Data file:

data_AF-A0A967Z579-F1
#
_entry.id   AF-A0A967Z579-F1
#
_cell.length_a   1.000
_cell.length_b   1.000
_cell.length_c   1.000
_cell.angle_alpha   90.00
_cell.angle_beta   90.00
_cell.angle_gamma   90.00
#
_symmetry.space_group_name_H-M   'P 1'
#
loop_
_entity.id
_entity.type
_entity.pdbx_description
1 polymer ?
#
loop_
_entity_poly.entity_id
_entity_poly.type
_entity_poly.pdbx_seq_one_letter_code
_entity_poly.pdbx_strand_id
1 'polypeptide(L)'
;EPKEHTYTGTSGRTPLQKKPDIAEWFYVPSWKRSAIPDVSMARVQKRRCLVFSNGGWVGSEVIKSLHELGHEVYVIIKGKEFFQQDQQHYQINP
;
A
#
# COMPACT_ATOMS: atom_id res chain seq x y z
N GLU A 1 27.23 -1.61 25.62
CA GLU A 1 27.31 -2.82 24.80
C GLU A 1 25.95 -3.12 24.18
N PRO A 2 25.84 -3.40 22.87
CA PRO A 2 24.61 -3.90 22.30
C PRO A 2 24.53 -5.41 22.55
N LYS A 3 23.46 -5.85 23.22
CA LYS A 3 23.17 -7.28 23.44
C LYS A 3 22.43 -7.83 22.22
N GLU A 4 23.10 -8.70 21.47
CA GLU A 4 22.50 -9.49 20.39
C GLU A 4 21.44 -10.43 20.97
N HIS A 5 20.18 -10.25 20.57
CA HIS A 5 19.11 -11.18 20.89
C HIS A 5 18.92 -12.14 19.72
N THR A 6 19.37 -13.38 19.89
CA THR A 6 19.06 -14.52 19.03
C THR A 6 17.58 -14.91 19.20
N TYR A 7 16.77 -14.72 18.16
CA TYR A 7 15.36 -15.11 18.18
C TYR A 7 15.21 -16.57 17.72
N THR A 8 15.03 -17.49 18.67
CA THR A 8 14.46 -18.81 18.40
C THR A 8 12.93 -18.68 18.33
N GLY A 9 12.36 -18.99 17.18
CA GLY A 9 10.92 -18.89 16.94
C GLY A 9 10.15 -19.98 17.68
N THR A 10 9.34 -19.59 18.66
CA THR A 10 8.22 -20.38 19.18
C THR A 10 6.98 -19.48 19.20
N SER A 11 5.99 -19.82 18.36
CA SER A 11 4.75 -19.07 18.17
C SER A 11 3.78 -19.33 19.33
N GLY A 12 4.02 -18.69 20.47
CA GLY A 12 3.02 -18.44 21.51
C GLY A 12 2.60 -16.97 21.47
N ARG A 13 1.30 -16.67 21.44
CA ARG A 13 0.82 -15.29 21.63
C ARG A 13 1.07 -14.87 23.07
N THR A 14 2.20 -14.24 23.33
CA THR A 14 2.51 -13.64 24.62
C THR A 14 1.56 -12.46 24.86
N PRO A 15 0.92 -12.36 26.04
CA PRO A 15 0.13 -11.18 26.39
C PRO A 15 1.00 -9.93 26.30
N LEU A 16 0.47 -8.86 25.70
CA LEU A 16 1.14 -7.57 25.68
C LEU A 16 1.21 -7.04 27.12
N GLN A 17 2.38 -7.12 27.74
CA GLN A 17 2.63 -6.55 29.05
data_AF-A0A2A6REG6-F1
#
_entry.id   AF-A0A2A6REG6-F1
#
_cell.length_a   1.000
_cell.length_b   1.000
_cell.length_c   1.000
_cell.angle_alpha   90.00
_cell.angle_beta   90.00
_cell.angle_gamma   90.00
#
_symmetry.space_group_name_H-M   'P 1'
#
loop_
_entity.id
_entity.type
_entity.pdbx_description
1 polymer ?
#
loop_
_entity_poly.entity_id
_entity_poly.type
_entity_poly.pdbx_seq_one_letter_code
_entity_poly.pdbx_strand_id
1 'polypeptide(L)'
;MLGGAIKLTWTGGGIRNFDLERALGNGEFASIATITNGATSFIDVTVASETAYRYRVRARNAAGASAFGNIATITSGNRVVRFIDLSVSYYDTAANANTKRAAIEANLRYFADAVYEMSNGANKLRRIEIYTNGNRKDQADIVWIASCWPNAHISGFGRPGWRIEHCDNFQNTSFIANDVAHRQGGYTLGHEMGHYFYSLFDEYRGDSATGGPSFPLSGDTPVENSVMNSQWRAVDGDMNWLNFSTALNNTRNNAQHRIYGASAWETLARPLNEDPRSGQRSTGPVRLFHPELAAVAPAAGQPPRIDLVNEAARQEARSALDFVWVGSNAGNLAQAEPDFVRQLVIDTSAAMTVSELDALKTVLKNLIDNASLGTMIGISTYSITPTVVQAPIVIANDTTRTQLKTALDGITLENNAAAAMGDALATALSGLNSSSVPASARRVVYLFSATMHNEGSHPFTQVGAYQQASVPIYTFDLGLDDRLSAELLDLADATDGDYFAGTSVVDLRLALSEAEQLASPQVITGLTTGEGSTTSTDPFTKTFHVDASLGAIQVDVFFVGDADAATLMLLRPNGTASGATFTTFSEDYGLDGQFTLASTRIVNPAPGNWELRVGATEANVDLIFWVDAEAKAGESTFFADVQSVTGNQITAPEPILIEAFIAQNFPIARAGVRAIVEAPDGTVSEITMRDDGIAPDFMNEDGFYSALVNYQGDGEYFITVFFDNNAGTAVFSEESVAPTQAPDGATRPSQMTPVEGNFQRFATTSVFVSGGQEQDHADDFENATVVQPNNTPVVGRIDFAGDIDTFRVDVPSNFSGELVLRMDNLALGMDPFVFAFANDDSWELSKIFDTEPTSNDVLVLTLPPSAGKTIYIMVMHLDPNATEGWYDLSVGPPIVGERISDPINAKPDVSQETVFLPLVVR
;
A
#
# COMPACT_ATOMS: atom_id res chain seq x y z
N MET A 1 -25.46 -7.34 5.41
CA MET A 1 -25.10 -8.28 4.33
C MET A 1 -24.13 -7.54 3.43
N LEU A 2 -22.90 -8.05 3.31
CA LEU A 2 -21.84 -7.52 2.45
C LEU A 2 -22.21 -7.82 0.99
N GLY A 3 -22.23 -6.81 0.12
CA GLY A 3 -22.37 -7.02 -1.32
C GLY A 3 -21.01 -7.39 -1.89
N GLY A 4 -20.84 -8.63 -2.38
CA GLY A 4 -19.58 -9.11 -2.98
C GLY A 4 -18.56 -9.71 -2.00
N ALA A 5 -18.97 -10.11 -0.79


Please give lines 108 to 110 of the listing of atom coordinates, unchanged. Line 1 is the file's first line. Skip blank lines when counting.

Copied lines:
A
#
# COMPACT_ATOMS: atom_id res chain seq x y z